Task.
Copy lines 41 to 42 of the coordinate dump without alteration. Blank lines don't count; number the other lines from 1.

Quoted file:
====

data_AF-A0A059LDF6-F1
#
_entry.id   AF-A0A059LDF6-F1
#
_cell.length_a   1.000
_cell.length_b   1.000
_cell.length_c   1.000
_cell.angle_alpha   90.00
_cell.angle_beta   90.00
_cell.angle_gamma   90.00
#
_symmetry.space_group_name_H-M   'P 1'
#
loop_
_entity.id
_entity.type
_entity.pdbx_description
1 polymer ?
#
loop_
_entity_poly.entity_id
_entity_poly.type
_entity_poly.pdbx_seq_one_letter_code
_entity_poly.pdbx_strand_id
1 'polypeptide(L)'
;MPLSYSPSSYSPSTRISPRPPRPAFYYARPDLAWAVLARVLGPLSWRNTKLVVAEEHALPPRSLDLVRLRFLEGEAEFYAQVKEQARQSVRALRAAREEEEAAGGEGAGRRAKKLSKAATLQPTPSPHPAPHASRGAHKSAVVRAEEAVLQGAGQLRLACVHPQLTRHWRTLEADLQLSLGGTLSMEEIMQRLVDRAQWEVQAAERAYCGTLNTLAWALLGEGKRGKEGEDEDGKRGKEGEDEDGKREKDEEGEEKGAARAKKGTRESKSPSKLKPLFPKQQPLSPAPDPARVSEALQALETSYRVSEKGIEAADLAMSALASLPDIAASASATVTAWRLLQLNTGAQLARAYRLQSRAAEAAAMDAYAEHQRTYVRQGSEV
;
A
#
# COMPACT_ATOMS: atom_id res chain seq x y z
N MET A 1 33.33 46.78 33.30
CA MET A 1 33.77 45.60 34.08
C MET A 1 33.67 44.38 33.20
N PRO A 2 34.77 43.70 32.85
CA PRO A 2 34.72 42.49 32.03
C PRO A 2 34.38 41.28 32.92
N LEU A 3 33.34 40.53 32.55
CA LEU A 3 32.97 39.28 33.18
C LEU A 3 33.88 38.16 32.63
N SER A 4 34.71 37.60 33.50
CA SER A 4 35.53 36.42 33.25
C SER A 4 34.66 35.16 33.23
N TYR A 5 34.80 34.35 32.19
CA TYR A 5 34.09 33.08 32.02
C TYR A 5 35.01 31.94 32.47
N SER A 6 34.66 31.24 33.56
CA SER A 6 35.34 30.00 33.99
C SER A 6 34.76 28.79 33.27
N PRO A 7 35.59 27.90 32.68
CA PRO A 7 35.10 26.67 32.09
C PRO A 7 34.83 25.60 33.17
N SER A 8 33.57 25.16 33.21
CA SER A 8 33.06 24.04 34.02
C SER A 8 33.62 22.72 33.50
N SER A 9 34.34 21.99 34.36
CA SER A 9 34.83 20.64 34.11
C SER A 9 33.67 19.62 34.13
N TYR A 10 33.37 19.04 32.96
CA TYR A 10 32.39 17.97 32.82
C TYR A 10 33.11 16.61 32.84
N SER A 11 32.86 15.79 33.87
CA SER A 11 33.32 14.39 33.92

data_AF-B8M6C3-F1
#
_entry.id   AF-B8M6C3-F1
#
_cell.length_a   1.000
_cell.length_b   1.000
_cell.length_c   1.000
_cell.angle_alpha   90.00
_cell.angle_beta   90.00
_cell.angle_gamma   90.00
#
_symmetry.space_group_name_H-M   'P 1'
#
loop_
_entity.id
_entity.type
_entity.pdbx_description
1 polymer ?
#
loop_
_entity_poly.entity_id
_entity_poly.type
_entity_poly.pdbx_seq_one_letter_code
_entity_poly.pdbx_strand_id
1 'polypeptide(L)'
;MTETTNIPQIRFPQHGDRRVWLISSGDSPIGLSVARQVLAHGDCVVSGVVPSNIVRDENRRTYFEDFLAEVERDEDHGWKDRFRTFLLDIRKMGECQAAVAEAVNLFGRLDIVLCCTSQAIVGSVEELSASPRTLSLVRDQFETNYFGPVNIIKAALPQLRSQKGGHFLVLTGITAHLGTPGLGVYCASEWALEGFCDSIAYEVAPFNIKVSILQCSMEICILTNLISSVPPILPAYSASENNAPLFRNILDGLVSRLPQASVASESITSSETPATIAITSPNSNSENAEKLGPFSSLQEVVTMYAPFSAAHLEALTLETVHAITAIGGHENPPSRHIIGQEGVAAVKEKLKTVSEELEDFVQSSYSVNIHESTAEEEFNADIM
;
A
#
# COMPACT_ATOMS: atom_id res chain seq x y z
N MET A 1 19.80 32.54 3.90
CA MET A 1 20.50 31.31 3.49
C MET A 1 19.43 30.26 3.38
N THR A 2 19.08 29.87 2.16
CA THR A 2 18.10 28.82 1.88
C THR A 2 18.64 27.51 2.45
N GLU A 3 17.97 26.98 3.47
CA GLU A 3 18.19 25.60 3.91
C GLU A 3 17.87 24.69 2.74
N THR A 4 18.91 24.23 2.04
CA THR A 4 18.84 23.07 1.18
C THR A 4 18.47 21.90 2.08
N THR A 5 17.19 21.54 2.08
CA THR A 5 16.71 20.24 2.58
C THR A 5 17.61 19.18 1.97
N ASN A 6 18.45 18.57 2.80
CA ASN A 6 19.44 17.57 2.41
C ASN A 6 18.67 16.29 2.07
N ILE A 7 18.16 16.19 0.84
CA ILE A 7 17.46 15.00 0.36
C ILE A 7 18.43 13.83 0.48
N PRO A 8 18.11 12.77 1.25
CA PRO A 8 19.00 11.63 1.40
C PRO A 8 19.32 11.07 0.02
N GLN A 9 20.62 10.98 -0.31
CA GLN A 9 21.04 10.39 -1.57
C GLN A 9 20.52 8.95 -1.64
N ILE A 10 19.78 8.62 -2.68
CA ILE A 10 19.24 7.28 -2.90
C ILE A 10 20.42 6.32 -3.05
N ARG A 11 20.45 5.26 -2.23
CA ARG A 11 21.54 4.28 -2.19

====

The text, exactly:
CA SER A 4 35.53 36.42 33.25
C SER A 4 34.66 35.16 33.23